Or you can use any decorative stitch, you can find many on the Stitch Library. I used french knots here :)

Method 4


This one is likely to look a bit more dimensional, but there is like 0 chances for any fraying to happen.

And again, we need interfacing material (it will give a certain advantage but actually you can use another fabric, I will mention it below).

BUT we need to put fabric and interfacing material in a different manner now!

Fabric appliqué: 4 methods you should know

So, what we do is we put fabric face up, and then we lay interfacing material with adhesive side down. So, the face of the fabric and the adhesive side are supposed to be looking at each other.

Fabric appliqué: 4 methods you should know

Then you can draw the shape down and backs titch along the edge.

Fabric appliqué: 4 methods you should know

Cut the shape out with a seam allowance and cut a slit in the interfacing material.

Fabric appliqué: 4 methods you should know

The turn it out. Now you have a shape like this – face of the fabric up and adhesive side down.

Fabric appliqué: 4 methods you should know

You can now place it where you need on the ground fabric and iron it down.

Fabric appliqué: 4 methods you should know

If you want to secure it even better, you can stitch a border of buttonhole stitch again, or baste it down in any other way. Or you can work invisible stitch like I did in this example.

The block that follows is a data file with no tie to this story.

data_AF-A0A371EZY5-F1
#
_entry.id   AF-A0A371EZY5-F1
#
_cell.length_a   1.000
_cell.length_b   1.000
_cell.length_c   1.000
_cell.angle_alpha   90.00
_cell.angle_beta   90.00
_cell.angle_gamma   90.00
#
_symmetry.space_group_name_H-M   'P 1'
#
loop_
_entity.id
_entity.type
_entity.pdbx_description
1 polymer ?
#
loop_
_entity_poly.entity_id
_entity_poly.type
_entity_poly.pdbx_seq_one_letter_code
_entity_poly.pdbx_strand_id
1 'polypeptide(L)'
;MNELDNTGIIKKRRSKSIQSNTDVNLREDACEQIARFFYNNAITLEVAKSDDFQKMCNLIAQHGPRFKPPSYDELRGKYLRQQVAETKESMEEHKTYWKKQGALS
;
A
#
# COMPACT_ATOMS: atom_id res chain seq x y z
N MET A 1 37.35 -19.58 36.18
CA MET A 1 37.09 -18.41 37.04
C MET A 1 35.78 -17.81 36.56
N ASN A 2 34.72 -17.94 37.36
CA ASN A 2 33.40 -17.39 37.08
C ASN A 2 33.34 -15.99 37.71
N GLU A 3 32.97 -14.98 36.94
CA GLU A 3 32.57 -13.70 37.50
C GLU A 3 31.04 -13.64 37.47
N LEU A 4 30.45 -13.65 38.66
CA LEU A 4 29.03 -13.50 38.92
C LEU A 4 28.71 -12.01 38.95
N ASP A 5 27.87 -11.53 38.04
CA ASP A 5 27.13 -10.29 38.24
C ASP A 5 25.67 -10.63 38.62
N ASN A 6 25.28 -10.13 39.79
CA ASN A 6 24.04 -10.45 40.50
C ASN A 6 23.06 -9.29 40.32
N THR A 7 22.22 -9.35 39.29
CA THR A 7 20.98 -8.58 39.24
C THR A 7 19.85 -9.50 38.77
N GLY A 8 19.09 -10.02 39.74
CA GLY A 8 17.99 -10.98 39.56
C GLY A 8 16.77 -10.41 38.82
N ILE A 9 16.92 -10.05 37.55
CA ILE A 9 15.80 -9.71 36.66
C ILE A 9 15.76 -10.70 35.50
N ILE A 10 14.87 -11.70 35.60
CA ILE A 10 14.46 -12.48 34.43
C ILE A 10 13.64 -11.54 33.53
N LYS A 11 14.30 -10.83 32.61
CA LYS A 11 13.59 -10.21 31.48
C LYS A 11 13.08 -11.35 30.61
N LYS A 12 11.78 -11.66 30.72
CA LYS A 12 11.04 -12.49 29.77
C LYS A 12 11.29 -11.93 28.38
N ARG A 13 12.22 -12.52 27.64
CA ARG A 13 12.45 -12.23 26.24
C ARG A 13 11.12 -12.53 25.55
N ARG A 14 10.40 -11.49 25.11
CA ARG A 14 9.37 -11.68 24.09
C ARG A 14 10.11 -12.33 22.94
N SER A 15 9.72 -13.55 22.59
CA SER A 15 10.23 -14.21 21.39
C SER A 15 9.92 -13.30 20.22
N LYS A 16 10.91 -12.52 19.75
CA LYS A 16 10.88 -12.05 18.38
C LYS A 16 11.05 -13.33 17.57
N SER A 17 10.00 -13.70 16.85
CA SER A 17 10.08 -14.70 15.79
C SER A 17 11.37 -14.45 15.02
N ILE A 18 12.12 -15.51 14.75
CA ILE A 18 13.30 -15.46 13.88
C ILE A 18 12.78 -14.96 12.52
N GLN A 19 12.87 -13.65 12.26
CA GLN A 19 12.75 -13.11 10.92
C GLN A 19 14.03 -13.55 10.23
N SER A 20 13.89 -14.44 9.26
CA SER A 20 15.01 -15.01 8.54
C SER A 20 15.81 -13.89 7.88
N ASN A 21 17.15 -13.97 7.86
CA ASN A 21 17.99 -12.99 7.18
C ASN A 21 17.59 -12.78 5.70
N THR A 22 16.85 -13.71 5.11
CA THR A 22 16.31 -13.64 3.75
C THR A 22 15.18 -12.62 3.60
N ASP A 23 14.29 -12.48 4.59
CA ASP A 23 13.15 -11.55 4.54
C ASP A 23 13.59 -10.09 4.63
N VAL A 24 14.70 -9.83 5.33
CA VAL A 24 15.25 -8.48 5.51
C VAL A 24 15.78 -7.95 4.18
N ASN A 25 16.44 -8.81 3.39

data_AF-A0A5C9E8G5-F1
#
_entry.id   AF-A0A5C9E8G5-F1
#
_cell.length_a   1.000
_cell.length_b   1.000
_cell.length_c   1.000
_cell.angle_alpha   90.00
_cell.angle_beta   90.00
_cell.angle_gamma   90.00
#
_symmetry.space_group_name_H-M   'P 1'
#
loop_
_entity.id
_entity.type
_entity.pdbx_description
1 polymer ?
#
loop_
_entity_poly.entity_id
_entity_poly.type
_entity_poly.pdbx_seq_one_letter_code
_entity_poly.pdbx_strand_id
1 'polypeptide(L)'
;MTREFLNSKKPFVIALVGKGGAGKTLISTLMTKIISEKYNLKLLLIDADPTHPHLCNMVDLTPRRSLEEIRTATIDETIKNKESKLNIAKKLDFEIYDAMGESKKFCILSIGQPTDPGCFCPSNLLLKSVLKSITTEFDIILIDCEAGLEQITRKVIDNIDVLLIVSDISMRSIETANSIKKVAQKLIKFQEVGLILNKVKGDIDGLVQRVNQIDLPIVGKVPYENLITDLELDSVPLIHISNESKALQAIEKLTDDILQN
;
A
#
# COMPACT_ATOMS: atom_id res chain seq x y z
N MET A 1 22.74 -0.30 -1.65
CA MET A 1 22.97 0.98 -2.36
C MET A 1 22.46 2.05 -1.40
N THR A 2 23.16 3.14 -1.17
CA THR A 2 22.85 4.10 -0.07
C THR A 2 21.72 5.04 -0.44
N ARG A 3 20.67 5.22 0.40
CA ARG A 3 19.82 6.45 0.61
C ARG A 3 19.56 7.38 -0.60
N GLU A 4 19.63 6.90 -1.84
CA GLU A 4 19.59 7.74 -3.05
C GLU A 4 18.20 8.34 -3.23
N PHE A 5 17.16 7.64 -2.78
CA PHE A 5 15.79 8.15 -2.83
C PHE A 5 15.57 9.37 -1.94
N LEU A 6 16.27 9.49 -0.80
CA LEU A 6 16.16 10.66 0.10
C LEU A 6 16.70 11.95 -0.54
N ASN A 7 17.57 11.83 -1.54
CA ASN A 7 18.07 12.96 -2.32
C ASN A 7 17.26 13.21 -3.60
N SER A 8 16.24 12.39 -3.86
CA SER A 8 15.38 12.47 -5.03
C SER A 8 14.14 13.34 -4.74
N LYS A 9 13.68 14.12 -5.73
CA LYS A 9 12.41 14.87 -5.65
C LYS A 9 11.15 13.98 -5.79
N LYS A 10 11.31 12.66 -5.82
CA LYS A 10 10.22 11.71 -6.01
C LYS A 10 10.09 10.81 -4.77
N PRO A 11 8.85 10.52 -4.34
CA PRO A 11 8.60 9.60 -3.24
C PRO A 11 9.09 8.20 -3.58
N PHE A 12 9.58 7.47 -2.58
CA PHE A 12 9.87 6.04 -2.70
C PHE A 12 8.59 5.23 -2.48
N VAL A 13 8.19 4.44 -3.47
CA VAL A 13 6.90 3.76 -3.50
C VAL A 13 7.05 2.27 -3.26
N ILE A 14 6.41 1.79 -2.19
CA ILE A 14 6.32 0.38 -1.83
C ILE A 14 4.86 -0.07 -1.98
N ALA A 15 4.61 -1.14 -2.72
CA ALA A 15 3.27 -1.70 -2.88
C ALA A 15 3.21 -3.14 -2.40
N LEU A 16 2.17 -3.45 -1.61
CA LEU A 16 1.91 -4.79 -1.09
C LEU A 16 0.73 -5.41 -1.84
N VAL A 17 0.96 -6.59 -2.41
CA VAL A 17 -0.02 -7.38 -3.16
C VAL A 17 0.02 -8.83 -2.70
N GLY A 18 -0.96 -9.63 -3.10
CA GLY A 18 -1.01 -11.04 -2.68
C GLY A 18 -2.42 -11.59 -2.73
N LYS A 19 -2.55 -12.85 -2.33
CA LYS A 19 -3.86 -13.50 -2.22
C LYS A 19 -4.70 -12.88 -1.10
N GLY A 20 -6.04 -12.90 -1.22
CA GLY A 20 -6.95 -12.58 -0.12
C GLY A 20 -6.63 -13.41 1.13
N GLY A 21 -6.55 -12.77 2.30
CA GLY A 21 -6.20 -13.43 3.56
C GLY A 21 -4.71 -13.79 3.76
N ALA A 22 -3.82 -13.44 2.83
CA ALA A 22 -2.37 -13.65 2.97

Fabric appliqué: 4 methods you should know

Like I mentioned, this method can be used with a different fabric instead of interfacing material. Just skip the ironing part and baste the piece down in the way you prefer the most :)

Fabric appliqué: 4 methods you should know

So, here are 4 methods for your fabric appliqué! As for me, methods 2 and 3 are what I'm more likely to use but in the end, it all depends on the situation.

Hope you find the method you of your liking too and try some appliqué in your next project! :)

5 comments

  1. Hi, Amina! Have you tried doing needle-turn applique? I haven't used it but have a friend who does a lot of it. She turns the edge of the applique piece under a little at a time using the tip of the needle as she stitches it in place using what you describe as your invisible stitch. I personally like using your 4th method, easy and a nice clean finish. Love your site!

    Barbara

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    1. Hi, Barbara! Yes, I do know this one! Thank you for mentioning it, it can be a good option for many stitchers.

      Personally, I don't use it because I just can't keep the edges right, haha. Even in method 4 my edges are not perfect, and if I turned them down myself it would be a disaster! :D Cheering on your friend, though! Her works must be very pretty :)

      Thank you for this valuable insight!

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    2. I can't keep it tidy either and it's just so fiddly that I get really frustrated! That's why I occasionally do raw edge but ususally do method 4 (but I often do the applique seams by machine and apply them to the ground fabric by hand). I haven't seen much applique on your site - are you planning something new?

      Barbara

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  2. I played with applique a looong time ago but haven't done it ever since I started getting serious with embroidery so it's not present on my blog. But yes, I actually do want to try something in my next project, the next blog posts will be dedicated to that! ;)